The benefits are too many to list but include stress resilience, reduction in disease risk factors, natural anti-depressant effect, and even brain improvement and growth. Exercise should be top of your list for your “me” maintenance plan.

Spiritual/Emotional

The spiritual aspect of our lives is an extremely personal component. It is here that we find, not only the strength to persevere through tough times, but also our compassion and ability to support others.  To be in touch with the spiritual and emotional side of our lives can provide many gifts. Some people find this aspect through religious observance, other through meditation or even music. What ever your choice is, it is important to find that activity or inactivity (in the case of meditation) that provides you with the energy of regeneration and balance.

Many of us give more attention and care to our motor vehicles than ourselves. We would not think of letting our vehicle go 1000km past the service date. We do this to ensure that the value of the asset is maintained. We should do the same with ourselves, and I suggest this “service plan” is conducted using the 3 checks mentioned above: Intellectual, Physical, and Spiritual/Emotional. By doing this and putting a plan in place we will ensure that our most precious asset not only is maintained, but actually appreciates and grows in value to ourselves and those around us. So be proactive and Create Your life!

Do you want to be a manager?

feeton desk

Most people enter into their business careers with ambition. Everyone wants to grow and achieve something. However, as the years go by, for some the ambition turns to disillusion, and they get stuck. Others cling onto the ambition and drive fore something more, and for many in business that something more is to be a manager.

In this article I would like to define what exactly it is to be a manager. To attempt to put aside some of the myths and really add an element of reality, so that young people in business understand what they are aspiring towards and what they will be getting themselves into.

So let’s cover the myths first. Management is not about:

  • Getting a bigger office
  • Getting a bigger pay cheque
  • Finally being able to boss others around
  • Working less hours because you dictate the times
  • An opportunity to bore others in meetings

Now many aspiring managers can be forgiven for thinking that the above is true, as they see many managers above them exerting this very behavior. However, the “Peter Principle” (rising to your level of incompetence) will eventually take hold and return the system to management equilibrium i.e. normally the person gets fired.

So if being a manager is not about the above points, what exactly is it about? Well, consider the following description. A manager is a person who needs to create an environment that maximizes the required outputs. Sounds simple enough? Not when you consider all the elements that make up the environment.

In a typical corporate company the environment consists of, people or employees, up-line managers (bosses), systems, education, customers, products, and mostly problems.

With this system and the definition in mind what does one need to do to optimize and maximize the required outputs? Here is the list:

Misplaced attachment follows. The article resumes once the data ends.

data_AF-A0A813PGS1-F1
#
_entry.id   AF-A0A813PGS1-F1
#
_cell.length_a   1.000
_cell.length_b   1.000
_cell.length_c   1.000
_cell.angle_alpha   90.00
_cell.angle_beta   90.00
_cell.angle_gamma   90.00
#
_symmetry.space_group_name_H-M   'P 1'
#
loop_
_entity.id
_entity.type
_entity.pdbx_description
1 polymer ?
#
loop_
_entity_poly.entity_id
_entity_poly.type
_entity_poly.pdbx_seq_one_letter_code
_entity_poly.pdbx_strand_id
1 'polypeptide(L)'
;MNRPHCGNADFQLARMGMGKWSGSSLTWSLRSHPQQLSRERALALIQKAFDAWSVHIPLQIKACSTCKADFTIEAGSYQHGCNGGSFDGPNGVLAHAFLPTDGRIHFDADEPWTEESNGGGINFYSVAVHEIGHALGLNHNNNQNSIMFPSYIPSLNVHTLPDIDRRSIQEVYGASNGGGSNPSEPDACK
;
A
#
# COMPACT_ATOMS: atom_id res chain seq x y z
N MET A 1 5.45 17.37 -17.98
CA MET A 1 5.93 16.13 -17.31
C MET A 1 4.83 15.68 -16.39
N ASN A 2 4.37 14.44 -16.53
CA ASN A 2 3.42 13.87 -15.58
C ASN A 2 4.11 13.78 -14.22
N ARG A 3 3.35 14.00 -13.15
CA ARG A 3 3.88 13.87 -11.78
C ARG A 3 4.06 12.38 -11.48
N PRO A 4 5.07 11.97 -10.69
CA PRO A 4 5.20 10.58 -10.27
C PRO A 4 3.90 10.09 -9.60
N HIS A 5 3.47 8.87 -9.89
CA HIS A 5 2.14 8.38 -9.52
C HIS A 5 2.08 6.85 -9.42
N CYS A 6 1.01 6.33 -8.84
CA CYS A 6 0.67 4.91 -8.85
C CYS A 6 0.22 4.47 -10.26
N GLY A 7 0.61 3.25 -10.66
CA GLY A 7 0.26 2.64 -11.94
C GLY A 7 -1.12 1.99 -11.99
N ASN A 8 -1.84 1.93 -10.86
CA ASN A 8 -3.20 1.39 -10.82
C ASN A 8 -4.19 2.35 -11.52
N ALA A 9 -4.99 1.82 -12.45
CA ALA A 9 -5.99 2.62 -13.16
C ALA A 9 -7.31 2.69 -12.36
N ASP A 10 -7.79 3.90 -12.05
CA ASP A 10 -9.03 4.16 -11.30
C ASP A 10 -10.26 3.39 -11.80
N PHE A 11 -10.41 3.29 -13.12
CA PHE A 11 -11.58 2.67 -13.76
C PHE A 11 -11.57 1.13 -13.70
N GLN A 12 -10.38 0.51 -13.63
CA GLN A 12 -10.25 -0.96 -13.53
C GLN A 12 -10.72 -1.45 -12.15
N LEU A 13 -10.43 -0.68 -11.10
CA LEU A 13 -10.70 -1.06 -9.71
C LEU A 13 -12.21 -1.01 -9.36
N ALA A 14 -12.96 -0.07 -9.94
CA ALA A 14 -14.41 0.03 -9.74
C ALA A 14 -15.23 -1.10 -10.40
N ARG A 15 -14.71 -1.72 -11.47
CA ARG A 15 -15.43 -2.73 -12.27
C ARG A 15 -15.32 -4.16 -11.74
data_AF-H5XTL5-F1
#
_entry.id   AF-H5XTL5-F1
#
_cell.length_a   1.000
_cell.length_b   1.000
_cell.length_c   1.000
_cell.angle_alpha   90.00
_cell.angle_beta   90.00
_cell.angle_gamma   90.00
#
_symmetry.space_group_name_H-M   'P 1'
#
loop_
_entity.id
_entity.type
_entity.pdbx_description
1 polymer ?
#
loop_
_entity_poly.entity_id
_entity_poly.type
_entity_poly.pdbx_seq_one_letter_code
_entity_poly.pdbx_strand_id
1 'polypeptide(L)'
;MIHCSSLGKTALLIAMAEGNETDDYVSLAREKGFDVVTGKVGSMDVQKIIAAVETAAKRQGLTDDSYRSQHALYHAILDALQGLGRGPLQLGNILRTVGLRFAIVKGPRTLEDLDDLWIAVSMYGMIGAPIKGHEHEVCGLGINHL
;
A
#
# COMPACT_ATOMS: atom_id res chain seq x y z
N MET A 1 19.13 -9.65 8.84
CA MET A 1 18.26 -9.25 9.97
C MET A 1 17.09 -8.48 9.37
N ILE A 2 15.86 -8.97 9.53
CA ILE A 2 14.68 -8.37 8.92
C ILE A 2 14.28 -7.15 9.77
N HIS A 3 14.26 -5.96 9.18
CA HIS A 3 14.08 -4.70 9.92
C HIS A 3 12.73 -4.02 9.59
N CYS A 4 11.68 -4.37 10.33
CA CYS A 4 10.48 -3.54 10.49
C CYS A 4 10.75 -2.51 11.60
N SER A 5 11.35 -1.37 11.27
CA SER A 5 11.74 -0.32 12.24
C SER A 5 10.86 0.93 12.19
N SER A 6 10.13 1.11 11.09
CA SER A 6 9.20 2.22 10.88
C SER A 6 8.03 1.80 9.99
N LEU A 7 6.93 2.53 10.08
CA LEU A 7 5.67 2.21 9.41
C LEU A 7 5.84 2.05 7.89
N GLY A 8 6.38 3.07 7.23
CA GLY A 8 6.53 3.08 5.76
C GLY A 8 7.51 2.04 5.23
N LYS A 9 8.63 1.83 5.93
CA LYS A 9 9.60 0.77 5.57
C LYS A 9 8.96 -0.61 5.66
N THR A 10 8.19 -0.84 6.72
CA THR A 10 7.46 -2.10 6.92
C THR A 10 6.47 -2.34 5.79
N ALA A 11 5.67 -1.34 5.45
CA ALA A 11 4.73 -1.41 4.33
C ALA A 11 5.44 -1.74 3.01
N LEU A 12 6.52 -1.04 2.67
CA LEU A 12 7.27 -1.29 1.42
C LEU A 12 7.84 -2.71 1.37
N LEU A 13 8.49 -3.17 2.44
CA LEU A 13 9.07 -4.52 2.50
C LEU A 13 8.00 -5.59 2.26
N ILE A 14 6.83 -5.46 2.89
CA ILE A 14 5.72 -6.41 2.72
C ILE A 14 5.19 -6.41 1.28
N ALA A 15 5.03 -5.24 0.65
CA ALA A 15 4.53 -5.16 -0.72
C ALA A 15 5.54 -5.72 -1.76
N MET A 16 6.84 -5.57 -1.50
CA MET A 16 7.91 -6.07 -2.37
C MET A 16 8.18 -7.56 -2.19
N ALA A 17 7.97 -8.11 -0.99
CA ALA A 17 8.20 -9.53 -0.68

• Hiring the best people for the job
  • Managing the expectations of your up-line managers or bosses
  • Accepting responsibility when others in your team mess up
  • Giving credit to others when things go well
  • Accepting that your staff are human beings and as such come with problems and issues. You cannot ignore these, as they eventually become your problems too. Always be ready to listen.
  • Ensuring that your staff are always learning and growing in their roles
  • Mentoring and assisting with your staffs career progress
  • Handling customers complaints as now the buck stops with you
  • Being knowledgeable about your companies products
  • Acknowledging that you cannot ignore problems or you will become another managerial failure statistic.
  • Work the hours that are needed to get the job done, while maintaining a healthy life balance.
  • And lastly, manage your own career.

The last point is an interesting one, as although it comes last on the list, most people think they should put it first. This is so evident in large corporate environments where political infighting is the order of the day.

The irony is, if you look after all the preceding points, you will not need to manager your career success, as it will automatically and spontaneously occur.  That is of course provided you have selected to work for a boss that works accordingly to these principles.  So perhaps at your next interview, when it comes time for you to ask any questions, the one to ask is, “What do you consider to be important in management?”. After all, it has been shown that careers advance more rapidly with better bosses.

So, if you aspire to be a manager, give some thought to the points above. It’s not for everyone. More money is normally made in sales with less of a burden to carry, and open plan offices tend to be the order of the day. However, if you feel you will be fulfilled by the above list, management can be a rewarding and awesome experience. So go ahead and apply for that job. Create your life.

Meaning or Money Part II

meaningworkA previous article of mine  “Meaning or Money” drew some interesting and rather fierce criticism. This is great, because I do not write articles with the view that I have the only correct understanding. I write them with an opinion and hope to be challenged if that opinion is not correct or if there are views to add to it. The comments were from the point of view of the individual in the job, and one needs to keep in mind that the article was written as management advice for leading a team. However, these points deserve consideration and comment.

Two of the comments were:

  1. I don’t need to find meaning in my day job. I find meaning in my life after work.